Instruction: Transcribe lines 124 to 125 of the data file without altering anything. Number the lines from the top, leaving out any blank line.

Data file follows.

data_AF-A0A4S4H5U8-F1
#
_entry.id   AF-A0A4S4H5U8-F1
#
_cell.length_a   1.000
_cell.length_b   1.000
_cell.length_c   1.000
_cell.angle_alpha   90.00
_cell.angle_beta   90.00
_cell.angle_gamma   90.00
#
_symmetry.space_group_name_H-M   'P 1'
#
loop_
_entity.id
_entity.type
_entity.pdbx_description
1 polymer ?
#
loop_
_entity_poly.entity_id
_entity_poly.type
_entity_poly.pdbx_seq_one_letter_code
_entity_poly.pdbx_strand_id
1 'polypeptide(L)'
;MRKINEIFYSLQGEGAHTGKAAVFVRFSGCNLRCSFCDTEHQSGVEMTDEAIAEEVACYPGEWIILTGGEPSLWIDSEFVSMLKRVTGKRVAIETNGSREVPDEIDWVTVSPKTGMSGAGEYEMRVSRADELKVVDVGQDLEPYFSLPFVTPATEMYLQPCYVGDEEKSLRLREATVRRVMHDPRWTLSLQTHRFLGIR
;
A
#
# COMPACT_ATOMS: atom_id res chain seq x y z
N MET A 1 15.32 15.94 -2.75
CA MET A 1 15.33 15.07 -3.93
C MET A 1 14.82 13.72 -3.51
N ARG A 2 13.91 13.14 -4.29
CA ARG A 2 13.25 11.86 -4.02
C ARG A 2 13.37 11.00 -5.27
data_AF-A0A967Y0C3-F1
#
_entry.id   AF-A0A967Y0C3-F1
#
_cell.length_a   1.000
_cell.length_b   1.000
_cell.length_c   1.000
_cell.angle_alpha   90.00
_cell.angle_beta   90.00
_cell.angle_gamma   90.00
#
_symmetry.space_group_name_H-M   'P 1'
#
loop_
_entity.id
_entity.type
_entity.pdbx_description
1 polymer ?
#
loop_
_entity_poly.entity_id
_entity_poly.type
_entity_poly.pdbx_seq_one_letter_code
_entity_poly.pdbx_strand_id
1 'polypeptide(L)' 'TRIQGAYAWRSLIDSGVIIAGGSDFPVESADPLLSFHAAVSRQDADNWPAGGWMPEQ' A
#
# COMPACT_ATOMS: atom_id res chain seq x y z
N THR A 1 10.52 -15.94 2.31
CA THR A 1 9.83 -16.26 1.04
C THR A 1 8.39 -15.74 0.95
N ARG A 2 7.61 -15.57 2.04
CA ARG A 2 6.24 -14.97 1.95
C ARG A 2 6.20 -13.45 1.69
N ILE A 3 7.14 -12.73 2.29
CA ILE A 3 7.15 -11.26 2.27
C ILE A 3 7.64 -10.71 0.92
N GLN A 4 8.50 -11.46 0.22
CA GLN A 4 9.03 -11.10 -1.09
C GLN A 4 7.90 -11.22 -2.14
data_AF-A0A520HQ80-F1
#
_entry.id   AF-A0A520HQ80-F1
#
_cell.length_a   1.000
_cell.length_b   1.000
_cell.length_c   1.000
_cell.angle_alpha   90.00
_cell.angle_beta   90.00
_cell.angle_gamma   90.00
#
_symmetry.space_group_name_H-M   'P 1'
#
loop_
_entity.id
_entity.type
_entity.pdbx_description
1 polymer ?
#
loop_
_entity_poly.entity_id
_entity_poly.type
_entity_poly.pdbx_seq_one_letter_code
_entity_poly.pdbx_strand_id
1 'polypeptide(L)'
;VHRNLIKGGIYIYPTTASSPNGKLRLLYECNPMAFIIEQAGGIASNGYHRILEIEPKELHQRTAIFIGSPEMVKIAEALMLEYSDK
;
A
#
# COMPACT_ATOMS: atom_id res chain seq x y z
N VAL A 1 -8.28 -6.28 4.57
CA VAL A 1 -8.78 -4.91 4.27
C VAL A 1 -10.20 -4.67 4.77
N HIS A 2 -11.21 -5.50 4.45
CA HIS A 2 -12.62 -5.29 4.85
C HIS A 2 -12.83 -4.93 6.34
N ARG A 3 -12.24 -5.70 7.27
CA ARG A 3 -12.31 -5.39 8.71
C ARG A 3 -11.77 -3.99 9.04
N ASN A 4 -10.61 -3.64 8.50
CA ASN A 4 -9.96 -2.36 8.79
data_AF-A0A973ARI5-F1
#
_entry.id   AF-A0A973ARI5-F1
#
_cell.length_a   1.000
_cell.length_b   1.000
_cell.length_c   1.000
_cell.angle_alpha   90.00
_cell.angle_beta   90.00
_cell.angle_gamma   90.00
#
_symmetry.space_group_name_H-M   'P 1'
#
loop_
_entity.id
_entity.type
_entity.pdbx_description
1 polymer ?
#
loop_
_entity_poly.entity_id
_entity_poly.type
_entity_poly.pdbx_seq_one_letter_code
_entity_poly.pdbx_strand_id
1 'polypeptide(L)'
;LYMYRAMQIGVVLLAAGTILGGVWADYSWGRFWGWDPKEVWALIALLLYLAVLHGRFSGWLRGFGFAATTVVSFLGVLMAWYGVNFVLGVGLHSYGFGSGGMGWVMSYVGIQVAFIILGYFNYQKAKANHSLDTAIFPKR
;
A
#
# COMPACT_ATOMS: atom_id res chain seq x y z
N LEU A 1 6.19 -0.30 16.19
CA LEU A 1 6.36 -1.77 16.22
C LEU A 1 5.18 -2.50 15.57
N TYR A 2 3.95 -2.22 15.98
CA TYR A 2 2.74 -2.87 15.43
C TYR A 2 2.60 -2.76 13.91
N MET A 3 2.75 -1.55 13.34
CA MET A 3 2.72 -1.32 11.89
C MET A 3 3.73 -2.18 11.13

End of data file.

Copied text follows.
_cell.angle_alpha   90.00
_cell.angle_beta   90.00